From there monitor size is really up to your personal preference. Don’t let anyone upsell you on a 15” monitor unless it comes with some serious hardware upgrades for a little extra cost. Over time, you will want to purchase ergonomic supports. For example, I have a laptop stand on top of two yoga blocks, a wired keyboard, and a wireless mouse. It’s a sturdy setup that supports my frame and allows me to edit with good posture.
An SSD is a really important piece of hardware for a laptop computer. An SSD will make a major difference in the life and speed of your photo editing machine. If you can’t afford an SSD larger than 500Gb, you can always buy additional USB hard drives down the line as necessary.
A dedicated graphics card will also make a major difference in the processing power of your computer. Adobe uses graphics cards to boost the speed of their programs, which can be a major help when running power-hungry processes like combining HDR photographs or stitching panoramas.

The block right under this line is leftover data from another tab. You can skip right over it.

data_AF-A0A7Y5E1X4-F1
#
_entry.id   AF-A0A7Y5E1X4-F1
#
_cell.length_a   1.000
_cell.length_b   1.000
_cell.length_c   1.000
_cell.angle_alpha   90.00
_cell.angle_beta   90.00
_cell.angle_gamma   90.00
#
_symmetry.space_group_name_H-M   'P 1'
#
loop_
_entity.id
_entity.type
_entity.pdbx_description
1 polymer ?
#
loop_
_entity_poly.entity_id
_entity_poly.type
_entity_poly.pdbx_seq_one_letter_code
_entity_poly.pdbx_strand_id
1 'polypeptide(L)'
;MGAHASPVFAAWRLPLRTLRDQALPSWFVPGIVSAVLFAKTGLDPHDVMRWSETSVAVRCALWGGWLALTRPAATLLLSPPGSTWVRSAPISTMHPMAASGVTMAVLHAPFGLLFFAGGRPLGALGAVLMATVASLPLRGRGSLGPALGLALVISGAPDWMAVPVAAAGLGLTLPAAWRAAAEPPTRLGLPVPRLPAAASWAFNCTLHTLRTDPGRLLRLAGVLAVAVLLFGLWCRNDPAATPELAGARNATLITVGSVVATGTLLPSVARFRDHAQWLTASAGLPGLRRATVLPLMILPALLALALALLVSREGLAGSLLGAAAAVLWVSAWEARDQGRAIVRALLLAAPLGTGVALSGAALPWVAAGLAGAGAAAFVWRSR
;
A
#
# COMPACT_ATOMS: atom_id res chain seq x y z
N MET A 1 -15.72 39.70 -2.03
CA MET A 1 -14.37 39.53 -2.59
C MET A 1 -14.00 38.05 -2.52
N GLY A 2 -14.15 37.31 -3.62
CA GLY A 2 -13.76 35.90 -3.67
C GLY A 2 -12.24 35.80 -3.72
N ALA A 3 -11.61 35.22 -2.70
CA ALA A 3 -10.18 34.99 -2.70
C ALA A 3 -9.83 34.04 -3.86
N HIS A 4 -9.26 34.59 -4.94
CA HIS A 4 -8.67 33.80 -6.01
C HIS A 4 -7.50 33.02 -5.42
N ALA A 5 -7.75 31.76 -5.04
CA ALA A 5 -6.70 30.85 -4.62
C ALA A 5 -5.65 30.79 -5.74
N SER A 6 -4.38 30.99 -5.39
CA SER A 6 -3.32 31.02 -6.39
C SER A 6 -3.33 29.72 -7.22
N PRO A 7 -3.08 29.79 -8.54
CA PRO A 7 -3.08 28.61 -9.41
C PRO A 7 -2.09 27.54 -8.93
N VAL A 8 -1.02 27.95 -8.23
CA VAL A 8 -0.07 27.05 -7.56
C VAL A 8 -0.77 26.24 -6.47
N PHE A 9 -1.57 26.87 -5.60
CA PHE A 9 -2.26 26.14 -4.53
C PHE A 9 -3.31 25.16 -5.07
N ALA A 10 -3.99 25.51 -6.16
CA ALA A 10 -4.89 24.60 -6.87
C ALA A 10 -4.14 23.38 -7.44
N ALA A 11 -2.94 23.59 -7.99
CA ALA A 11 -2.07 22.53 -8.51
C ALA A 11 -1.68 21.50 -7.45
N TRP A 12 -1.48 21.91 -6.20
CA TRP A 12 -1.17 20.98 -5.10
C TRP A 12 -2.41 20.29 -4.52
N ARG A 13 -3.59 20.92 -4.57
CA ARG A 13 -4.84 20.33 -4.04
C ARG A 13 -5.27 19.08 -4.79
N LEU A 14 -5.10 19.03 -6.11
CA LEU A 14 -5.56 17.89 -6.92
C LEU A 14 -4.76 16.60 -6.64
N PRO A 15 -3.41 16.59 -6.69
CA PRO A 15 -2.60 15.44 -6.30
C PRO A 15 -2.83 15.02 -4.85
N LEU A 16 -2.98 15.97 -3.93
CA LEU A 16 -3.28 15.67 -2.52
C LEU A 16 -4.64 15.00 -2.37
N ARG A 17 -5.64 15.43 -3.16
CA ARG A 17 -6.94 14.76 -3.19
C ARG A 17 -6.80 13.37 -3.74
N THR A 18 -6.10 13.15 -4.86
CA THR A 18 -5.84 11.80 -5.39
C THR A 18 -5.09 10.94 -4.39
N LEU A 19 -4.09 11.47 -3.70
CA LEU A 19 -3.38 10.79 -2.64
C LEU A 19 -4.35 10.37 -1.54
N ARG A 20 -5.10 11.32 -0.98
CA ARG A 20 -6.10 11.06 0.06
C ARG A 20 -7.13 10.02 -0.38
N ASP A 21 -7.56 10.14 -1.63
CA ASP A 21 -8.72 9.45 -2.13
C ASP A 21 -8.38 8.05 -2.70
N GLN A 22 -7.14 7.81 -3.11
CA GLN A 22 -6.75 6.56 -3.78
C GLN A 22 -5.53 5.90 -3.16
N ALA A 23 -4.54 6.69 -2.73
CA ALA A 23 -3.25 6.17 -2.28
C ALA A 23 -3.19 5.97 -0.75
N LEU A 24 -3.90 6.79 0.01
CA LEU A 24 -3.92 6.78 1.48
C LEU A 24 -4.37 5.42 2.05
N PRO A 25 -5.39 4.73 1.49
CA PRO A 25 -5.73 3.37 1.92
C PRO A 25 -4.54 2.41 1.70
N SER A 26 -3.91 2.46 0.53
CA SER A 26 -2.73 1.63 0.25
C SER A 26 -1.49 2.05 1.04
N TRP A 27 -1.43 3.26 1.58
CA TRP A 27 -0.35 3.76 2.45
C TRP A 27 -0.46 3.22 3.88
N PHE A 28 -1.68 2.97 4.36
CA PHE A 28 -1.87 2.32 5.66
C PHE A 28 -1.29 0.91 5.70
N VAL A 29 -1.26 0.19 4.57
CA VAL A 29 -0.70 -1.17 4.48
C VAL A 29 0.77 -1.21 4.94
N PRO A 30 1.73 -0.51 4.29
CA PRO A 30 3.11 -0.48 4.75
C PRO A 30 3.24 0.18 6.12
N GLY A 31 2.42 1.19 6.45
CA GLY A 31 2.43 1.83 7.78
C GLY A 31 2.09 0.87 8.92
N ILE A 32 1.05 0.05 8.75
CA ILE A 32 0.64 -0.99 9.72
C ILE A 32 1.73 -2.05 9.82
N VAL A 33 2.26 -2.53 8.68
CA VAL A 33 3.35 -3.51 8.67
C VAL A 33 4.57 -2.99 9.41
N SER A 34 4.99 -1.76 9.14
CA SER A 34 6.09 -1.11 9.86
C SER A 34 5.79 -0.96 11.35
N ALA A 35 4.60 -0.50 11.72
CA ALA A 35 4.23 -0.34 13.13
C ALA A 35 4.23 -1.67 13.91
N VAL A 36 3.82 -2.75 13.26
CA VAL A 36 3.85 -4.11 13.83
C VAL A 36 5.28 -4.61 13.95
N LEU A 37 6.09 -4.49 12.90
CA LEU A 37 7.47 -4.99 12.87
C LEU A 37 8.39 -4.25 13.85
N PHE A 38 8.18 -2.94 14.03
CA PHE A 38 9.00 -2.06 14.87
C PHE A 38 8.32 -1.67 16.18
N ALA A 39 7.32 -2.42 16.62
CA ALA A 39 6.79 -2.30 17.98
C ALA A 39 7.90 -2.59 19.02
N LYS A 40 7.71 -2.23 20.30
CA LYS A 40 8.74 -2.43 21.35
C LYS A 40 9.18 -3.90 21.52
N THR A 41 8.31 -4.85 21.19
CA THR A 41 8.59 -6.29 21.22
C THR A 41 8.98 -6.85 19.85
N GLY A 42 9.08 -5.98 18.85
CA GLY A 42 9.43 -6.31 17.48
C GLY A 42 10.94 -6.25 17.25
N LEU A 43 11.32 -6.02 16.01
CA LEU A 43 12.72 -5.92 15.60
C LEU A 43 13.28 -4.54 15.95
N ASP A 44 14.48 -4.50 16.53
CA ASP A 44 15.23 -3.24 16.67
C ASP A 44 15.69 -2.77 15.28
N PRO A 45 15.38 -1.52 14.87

What are the benefits of a desktop computer?
Desktop computers are way more powerful and way cheaper than laptops. You can build these machines yourself for sometimes half the cost of buying an equivalent pre-built machine. And when the components get old, it’s a breeze to install a new one instead of throwing out the whole computer. Unlike desktops, Laptops are becoming more and more proprietary these days, making them harder to update.
And down the line, you’re going to need additional photo storage space. You can easily install a new hard drive in a PC for extra space. Typically HDDs on a desktop are larger, more reliable, and have a faster RPM. This means that they can read and write data much faster than they can on a laptop. So you can build in multiple layers of additional, reliable storage for much cheaper than purchasing new USB hard drives every time you fill one up on a laptop.